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Diary: Ten typical days in Calais

Written by Jack Down

A perfect day today, sunny, cold, with the sky flushed pink and blue. On the way to the warehouse we pass the Southern waterways, where two herons watch statuesque on an unnatural scene: 8 vans of CRS officers trudge their way through the huddle of tents on the far side of the lake. Of all the things I have told people back home, eviction is the most unexpected petty cruelty, a crude awakening that happens every other morning in Calais, dispensed with the threat of a slashed tent, of deportation, of a broken wrist. One police officer drags an empty sleeping bag through the marshy ground before dumping it – mission accomplished – ten metres away.


Dozens of volunteers arrive and congregate outside the warehouse for the morning briefing. We catch eyes of new friends across the circle and recite memorised introductions, finishing the ends of instructions. Do not encourage the rats. Wash up after yourself! Overnight there has been a good deal of rain, and the courtyard outside the warehouse is slick, spitting up onto our legs as we jumping-jack and warrior-pose our stiff bodies back into operation. Thirty volunteers have arrived from Cambridge for the day: the matter-of-factness of their cheery, fanny-packed presence – “oh, it’s only a few hours’ drive” – is astonishing. Every morning the air buzzes with a new energy. We might not get it right but we will do our best. Thank you all so much for coming.


We split off to various jobs, pulling on our aprons, collecting our crowbars, filling the space with Disco and chatter. The activity is endless: distribution being rushed to and fro, piles of clothing sifted and sorted through, boxes of donations unpacked – each an unexpected source of amusement. A suitcase worth of pink-tinted, rose-scented chapsticks is met with groans, “not more bloody women’s lip-balm”. 3000 cherry-scented had arrived the previous week. I weave my way through the warehouse, dodging trolleys and donations, dappled with the beams of sunlight that filter through the perspex roof, and which lend a saintly quality to sorting 50 Medium snoods from 50 Large. It is a cathedral of resilience.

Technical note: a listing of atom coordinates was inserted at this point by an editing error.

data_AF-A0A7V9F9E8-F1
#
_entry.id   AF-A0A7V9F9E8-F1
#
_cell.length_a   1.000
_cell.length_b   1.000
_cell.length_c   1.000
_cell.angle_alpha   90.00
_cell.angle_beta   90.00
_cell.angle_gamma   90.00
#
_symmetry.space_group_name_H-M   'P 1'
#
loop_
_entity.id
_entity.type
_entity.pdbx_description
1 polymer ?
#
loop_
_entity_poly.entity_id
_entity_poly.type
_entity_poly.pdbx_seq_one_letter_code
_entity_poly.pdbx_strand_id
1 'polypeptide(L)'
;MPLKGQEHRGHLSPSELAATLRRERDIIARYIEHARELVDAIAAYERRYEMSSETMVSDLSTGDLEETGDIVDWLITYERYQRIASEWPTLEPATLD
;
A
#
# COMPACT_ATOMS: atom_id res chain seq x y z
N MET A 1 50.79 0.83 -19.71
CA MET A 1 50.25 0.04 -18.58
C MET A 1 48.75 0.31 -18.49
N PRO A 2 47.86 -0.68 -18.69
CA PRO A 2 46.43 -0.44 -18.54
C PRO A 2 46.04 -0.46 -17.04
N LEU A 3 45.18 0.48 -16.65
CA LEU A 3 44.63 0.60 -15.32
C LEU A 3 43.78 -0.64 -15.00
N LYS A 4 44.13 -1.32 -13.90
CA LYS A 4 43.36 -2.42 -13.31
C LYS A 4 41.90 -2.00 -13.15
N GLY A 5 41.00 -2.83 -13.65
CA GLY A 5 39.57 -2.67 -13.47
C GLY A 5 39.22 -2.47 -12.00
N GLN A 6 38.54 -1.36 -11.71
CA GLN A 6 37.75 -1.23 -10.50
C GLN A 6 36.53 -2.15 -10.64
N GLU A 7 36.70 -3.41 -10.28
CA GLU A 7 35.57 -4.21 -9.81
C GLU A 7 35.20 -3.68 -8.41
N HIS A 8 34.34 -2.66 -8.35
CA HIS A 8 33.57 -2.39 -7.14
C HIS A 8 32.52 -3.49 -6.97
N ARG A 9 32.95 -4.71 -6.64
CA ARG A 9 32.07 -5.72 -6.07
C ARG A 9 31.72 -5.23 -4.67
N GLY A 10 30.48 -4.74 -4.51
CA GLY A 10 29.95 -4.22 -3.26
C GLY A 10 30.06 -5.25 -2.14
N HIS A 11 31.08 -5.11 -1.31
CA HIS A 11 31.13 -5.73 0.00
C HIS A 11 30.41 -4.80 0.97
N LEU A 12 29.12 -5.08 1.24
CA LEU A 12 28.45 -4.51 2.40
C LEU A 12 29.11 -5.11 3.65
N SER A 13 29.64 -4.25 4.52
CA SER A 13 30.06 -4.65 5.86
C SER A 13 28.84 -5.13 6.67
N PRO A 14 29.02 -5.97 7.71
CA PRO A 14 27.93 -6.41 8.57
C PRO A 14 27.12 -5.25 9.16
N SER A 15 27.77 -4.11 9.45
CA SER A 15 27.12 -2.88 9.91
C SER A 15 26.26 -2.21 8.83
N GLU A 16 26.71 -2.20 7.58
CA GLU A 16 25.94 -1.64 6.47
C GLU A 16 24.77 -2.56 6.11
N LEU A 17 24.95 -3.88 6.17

Witnessing the warehouse, it is the scale that you first cannot quite comprehend. Mediated through a screen, it is hard to grasp the realness of the ‘crisis’ – what 1,000 people sleeping rough physically entails, let alone 100,000.

Perhaps it is the mind’s defence mechanism against overwhelming injustice – the scale overwhelms our ability to act. The sight of a thousand sleeping bags stacked to the rafters, however, is enough to bring the inconceivable into reality.


Sister Sledge is blaring in the Woodyard, where we sledge, smash, and chop our timber into firewood, distributing nearly a tonne a day. Winter has arrived in Calais like a boorish relative – early and rudely, lending a particular urgency to our activity, requiring as many hands on deck as we can muster. We are an odd family: amongst my choppers-in-arms is a cabaret dancer from the Moulin Rouge, an investment banker with caricatural eyebrows, and Thomas, a smile-wrinkled Cork man with an unfaltering positivity, a virtuosic ability for chopping kindling, and an apparently low fear of losing his fingers.